Pragati May 2008: Towards liberal nationalism

Issue 14 - Apr 2008

Issue Contents

PERSPECTIVE

Liberals, culture and nationalism Ravikiran S Rao
An opportunity exists for a new politics

Changing the broken wheel Raj Cherubal
The secular-right must champion economic freedom

Towards “that heaven of freedom” Gautam Bastian
A free nation of free citizens

Out of court Rohit Pradhan, Shashi Shekhar & Mukul Asher
Carry on the battle, but respect the court’s verdict

FILTER

India as a rising great power; climate change and national security; India-Iran relations; to the brink; and trade across the Line of Control

IN DEPTH

The new currency of power Nitin Pai & Aruna Urs
A discussion on strategic affairs with K Subrahmanyam

ROUNDUP

Use the Tibet card Zorawar Daulet Singh
To settle the India-China dispute

Consensus must endure Dinesh Wagle
Maoists have the upper hand in the construction of the republic

Bottom-up dynamics Sushant K Singh
What attracts Africa to India and how it can be strengthened

Pressed by inflation Gulzar Natarajan
Easing supply bottlenecks is the right way to go

BOOKS

Memories of 1971 Amardeep Singh
A review of Tahmima Anam’s A Golden Age

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2 thoughts on “Pragati May 2008: Towards liberal nationalism”

  1. The KS interview was awesome. Mazaa aa gaya. Not for nothing is he known (in certain uber-nationalistic circles) as the Bhishma Pitamah of Indian security strategy. He and RN Kao were probably the first strategic-level Bharat Rakshaks of Independent India.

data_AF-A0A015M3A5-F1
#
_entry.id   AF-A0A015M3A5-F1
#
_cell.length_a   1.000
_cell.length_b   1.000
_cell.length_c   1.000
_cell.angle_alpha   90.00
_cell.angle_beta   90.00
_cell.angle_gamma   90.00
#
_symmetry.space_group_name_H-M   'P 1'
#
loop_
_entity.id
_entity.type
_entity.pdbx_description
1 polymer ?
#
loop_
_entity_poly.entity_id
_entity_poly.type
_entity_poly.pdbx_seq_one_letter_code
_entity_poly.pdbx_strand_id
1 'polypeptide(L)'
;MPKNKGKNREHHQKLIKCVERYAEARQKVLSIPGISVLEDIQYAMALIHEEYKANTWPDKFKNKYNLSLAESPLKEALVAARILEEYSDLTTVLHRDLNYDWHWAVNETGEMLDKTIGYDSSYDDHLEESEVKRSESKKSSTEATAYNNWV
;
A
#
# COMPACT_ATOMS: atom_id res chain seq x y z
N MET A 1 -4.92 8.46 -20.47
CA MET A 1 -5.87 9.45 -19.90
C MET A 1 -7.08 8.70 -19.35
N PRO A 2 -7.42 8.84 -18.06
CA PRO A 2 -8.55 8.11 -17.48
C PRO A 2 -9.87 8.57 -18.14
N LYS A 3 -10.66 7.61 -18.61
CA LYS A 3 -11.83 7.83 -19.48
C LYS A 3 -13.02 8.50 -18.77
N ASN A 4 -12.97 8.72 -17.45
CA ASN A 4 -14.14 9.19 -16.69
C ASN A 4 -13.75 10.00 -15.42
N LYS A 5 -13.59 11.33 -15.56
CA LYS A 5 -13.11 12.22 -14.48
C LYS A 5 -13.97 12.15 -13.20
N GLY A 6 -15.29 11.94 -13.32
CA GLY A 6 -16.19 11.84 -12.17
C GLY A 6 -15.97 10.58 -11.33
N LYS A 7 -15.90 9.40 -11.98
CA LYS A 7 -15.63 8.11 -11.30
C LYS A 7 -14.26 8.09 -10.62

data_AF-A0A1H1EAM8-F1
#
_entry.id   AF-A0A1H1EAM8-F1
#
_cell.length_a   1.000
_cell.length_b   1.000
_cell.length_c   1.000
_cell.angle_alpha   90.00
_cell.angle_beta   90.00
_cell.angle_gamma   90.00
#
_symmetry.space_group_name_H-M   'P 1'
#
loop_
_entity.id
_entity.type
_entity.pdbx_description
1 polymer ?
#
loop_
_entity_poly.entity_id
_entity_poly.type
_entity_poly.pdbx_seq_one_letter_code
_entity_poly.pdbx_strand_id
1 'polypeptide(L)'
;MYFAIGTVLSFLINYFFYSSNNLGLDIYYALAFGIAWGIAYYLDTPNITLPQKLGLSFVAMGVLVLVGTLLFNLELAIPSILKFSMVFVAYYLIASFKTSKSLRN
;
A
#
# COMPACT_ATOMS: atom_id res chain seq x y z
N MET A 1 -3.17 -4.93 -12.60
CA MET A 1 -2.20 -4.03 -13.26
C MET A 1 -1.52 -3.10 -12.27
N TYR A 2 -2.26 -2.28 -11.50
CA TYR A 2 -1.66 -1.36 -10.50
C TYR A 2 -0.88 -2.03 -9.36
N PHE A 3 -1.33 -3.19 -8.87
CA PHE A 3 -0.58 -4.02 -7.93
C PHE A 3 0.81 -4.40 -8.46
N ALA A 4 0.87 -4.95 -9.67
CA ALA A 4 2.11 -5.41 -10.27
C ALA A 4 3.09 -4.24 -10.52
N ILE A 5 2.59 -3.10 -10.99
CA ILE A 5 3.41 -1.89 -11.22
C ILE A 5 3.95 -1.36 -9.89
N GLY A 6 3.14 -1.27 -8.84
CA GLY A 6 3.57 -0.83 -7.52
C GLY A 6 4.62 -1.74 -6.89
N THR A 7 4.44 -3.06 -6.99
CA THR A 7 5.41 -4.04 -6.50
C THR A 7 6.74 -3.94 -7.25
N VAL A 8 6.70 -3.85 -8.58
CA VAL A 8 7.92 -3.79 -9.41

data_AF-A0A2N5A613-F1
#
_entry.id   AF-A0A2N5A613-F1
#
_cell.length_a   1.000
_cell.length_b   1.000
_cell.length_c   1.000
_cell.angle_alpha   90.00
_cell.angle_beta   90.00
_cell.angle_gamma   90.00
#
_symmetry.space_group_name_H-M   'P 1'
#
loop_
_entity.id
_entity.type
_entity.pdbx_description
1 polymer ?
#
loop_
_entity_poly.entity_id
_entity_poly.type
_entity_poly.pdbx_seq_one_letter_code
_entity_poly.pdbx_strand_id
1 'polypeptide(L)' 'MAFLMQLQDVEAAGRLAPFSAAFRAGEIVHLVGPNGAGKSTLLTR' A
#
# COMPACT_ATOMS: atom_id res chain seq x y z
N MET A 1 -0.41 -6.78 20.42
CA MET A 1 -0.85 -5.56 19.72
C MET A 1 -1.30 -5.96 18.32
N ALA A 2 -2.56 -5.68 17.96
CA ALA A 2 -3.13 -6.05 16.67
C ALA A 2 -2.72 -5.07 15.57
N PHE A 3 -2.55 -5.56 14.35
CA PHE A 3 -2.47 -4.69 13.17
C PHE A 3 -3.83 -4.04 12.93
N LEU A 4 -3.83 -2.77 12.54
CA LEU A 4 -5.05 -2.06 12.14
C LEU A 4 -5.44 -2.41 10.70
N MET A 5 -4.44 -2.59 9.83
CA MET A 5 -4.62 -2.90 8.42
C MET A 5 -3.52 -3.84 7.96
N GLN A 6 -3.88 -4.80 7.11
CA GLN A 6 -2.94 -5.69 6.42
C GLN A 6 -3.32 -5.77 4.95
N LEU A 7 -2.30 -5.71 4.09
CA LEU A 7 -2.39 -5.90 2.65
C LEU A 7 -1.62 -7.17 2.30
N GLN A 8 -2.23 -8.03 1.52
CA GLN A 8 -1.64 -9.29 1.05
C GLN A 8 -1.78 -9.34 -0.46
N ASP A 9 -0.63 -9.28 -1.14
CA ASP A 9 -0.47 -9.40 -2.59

Of course, must also mention that I moved away subsequently from KS’s support for the N-deal. Moved closer to the Bharat Karnad position on the matter. But hey, I wouldn’t trust someone with whom I had no differences at all….(:-D)

    Kudos again to the Pragati team. Alongwith yesterday’s successful AgniIII launch, this interview made my day.

  2. Sud,

    Thanks. I can say that it was an even greater experience to interview him.

    My own views on this are similar to those of KS. The differences with Profs Karnad and Chellaney arise from a different perspective on the evaluation of the opportunity costs of investing in nuclear weapons. And why those weapons exist in India’s arsenal in the first place.

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